3 Attention transfer

In this section we explain the two methods that we use for defining the spatial attention maps of a convolutional neural network as well as how we transfer attention information from a teacher to a student network in each case.

3.1 Activation-based attention transfer

Let us consider a CNN layer and its corresponding activation tensor

, which consists of feature planes with spatial dimensions . An activation-based mapping function (w.r.t. that layer) takes as input the above 3D tensor and outputs a spatial attention map, i.e., a flattened 2D tensor defined over the spatial dimensions, or


To define such a spatial attention mapping function, the implicit assumption that we make in this section is that the absolute value of a hidden neuron activation (that results when the network is evaluated on given input) can be used as an indication about the importance of that neuron w.r.t. the specific input. By considering, therefore, the absolute values of the elements of tensor

, we can construct a spatial attention map by computing statistics of these values across the channel dimension (see Fig. 3). More specifically, in this work we will consider the following activation-based spatial attention maps:

Figure 2: Sum of absolute values attention maps

over different levels of a network trained for face recognition. Mid-level attention maps have higher activation level around eyes, nose and lips, high-level activations correspond to the whole face.

  • sum of absolute values:

  • sum of absolute values raised to the power of (where ):

  • max of absolute values raised to the power of (where ):

where (using Matlab notation), and max, power and absolute value operations are elementwise (e.g.  is equivalent to abs(A).p in Matlab notation).

We visualized activations of various networks on several datasets, including ImageNet classification and localization, COCO object detection, face recognition, and fine-grained recognition. We were mostly focused on modern architectures without top dense linear layers, such as Network-In-Network, ResNet and Inception, which have streamlined convolutional structure. We also examined networks of the same architecture, width and depth, but trained with different frameworks with significant difference in performance. We found that the above statistics of hidden activations not only have spatial correlation with predicted objects on image level, but these correlations also tend to be higher in networks with higher accuracy, and stronger networks have peaks in attention where weak networks don’t (e.g., see Fig. 

4). Furthermore, attention maps focus on different parts for different layers in the network. In the first layers neurons activation level is high for low-level gradient points, in the middle it is higher for the most discriminative regions such as eyes or wheels, and in the top layers it reflects full objects. For example, mid-level attention maps of a network trained for face recognition Parkhi et al. (2015) will have higher activations around eyes, nose and lips, and top level activation will correspond to full face (Fig. 2).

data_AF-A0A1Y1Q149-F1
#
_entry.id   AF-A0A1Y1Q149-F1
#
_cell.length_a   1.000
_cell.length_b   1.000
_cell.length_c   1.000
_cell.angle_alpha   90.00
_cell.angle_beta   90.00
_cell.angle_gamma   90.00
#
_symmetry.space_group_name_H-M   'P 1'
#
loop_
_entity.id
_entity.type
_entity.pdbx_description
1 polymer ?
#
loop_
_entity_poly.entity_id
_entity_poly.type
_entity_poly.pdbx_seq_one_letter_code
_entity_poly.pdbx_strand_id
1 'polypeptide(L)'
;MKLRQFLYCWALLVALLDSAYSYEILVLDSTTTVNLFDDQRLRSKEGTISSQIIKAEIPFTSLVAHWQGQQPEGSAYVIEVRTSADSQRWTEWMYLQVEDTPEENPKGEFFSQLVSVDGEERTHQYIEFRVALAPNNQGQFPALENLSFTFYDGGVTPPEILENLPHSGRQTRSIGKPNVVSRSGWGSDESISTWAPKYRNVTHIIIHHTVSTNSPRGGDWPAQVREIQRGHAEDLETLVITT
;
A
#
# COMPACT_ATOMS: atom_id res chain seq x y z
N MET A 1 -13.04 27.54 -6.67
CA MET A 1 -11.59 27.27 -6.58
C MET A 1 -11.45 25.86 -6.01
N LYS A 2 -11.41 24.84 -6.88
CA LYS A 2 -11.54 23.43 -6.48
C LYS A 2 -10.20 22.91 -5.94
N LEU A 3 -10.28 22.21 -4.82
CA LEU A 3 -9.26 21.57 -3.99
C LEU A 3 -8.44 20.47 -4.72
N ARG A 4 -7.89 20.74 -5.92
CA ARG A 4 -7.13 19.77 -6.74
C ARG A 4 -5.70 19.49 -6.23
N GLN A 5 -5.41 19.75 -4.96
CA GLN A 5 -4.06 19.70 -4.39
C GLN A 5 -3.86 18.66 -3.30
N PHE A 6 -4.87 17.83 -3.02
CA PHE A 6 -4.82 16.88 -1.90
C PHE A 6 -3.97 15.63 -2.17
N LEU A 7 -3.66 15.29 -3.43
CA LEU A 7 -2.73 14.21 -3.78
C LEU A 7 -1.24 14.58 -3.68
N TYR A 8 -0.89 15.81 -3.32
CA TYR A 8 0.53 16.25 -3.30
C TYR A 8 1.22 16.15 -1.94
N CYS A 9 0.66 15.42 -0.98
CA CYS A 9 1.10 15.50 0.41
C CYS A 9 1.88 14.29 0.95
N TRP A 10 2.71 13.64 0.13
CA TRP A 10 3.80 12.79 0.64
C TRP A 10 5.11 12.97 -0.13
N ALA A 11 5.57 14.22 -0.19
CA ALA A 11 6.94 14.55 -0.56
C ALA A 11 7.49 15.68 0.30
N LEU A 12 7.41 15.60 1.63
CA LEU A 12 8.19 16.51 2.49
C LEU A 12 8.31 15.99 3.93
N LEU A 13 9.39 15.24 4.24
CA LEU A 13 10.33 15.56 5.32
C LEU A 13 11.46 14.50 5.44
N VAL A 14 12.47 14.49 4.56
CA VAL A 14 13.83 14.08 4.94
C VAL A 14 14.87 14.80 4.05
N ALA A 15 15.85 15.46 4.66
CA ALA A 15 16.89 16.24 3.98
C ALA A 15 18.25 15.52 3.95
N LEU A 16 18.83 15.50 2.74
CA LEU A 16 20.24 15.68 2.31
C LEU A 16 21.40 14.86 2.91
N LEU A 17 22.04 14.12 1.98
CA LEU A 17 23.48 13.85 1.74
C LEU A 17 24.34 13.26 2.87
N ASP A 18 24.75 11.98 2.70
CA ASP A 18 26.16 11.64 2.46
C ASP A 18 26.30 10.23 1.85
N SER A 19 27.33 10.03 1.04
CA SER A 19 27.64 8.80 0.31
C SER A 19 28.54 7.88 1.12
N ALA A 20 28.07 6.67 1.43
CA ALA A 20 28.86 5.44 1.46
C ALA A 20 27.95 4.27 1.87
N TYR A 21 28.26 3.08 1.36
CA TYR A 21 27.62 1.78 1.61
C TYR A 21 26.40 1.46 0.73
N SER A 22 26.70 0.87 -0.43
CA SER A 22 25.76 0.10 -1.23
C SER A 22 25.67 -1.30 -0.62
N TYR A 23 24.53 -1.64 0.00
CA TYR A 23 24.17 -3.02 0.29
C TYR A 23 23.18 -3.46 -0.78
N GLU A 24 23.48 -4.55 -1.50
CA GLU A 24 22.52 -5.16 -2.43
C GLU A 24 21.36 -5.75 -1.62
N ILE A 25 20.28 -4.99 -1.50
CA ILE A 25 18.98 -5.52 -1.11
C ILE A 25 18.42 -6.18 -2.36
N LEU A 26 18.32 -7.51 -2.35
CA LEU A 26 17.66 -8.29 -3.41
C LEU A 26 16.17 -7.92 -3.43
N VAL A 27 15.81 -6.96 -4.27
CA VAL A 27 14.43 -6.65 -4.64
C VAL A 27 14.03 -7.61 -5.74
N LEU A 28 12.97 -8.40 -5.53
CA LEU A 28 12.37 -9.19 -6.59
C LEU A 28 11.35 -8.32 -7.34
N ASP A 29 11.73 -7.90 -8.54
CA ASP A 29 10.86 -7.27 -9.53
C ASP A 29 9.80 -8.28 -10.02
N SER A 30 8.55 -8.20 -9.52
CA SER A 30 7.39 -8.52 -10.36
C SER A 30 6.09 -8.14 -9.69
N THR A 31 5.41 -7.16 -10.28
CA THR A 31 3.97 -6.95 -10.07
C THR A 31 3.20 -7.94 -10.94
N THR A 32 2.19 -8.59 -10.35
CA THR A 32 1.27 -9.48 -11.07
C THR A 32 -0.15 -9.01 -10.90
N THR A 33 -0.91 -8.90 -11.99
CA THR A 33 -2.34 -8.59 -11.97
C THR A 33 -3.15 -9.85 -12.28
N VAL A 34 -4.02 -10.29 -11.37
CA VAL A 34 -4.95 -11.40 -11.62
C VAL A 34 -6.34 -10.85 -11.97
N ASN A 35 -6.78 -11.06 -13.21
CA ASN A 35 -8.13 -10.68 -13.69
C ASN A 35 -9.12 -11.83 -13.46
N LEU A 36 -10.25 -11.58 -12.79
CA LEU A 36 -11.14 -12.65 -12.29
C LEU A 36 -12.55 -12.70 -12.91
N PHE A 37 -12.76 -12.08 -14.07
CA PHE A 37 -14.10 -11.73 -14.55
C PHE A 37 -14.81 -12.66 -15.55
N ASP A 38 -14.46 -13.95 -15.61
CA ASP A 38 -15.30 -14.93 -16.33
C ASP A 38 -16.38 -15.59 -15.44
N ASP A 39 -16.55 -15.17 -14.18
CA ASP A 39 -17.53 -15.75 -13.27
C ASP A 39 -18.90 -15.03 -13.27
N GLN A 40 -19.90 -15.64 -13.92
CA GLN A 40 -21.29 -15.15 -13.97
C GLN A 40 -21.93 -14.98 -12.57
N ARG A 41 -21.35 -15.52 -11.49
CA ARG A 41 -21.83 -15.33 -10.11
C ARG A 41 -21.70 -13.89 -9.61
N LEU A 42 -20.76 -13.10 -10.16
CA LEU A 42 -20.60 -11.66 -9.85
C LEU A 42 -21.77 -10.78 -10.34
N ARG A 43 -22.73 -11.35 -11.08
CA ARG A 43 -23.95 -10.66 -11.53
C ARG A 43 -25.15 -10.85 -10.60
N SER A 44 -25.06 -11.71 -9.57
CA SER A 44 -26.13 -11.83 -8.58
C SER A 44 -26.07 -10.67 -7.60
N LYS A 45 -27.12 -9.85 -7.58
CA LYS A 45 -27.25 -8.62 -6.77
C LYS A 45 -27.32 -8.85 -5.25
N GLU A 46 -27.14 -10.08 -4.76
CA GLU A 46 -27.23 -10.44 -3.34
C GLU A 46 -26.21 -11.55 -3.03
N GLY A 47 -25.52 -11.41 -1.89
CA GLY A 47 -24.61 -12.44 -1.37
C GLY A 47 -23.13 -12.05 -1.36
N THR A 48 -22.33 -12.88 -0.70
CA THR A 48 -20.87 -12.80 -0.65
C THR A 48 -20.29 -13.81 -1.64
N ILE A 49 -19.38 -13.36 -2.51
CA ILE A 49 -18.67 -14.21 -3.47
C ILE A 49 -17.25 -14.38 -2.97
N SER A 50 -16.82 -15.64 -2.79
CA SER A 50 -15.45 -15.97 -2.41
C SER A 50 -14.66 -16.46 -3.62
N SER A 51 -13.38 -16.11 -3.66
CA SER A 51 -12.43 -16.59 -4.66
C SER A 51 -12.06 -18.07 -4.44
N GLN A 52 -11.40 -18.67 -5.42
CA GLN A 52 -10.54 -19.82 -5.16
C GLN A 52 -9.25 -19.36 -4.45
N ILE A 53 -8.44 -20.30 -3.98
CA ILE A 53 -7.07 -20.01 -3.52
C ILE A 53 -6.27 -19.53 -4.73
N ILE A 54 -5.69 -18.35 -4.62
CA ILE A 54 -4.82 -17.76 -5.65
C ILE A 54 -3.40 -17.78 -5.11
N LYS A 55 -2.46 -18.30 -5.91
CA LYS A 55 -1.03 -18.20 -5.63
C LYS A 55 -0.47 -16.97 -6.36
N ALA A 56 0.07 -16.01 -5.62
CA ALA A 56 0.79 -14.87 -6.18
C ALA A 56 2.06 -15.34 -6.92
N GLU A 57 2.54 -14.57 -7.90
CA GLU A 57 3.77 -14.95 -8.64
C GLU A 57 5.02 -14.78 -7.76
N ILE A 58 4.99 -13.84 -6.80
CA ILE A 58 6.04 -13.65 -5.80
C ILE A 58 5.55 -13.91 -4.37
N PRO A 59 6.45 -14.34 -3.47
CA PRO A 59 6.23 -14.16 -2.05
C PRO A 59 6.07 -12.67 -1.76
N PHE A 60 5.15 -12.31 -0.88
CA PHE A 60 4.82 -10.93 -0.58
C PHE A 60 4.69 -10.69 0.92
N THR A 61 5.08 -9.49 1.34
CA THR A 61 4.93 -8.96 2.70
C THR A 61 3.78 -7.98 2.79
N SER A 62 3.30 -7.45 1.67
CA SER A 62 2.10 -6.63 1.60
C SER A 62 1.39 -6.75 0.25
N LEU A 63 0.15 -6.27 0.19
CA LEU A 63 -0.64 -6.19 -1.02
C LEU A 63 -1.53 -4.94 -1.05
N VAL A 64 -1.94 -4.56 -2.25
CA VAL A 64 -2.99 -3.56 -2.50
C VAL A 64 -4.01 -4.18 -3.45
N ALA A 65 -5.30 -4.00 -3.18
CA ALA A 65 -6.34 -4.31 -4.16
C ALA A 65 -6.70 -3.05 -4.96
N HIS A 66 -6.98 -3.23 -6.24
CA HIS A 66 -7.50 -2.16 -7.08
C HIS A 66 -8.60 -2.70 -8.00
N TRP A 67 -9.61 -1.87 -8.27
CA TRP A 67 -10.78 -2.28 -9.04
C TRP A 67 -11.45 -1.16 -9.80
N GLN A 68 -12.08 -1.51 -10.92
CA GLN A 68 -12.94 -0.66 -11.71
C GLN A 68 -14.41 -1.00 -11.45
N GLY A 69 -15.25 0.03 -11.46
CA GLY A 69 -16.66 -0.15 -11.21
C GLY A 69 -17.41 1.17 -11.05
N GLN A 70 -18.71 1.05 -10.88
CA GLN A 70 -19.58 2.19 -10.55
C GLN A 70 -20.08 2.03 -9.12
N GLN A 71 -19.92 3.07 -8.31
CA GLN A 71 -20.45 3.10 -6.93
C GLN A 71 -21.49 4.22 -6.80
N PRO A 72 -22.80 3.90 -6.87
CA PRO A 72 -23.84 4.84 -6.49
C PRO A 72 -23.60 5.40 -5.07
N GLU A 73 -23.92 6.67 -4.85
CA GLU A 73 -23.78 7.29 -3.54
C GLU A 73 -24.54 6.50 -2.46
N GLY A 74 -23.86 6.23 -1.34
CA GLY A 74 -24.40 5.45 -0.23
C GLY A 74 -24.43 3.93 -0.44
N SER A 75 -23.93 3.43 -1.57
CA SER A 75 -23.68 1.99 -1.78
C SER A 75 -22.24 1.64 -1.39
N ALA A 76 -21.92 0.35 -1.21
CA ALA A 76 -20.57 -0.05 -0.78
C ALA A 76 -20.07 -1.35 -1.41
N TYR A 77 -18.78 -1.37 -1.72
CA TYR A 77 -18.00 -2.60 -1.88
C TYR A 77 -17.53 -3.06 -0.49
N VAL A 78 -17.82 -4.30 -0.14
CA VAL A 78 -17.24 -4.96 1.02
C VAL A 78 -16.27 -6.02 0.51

Concerning the different attention mapping functions defined above, these can have slightly different properties. E.g.:

  • Compared to , the spatial map (where puts more weight to spatial locations that correspond to the neurons with the highest activations, i.e., puts more weight to the most discriminative parts (the larger the the more focus is placed on those parts with highest activations).

  • Furthermore, among all neuron activations corresponding to the same spatial location, will consider only one of them to assign a weight to that spatial location (as opposed to that will favor spatial locations that carry multiple neurons with high activations).

Figure 3: Attention mapping over feature dimension.

To further illustrate the differences of these functions we visualized attention maps of 3 networks with sufficient difference in classification performance: Network-In-Network (62% top-1 val accuracy), ResNet-34 (73% top-1 val accuracy) and ResNet-101 (77.3% top-1 val accuracy). In each network we took last pre-downsampling activation maps, on the left for mid-level and on the right for top pre-average pooling activations in fig. 4. Top-level maps are blurry because their original spatial resolution is . It is clear that most discriminative regions have higher activation levels, e.g. face of the wolf, and that shape details disappear as the parameter (used as exponent) increases.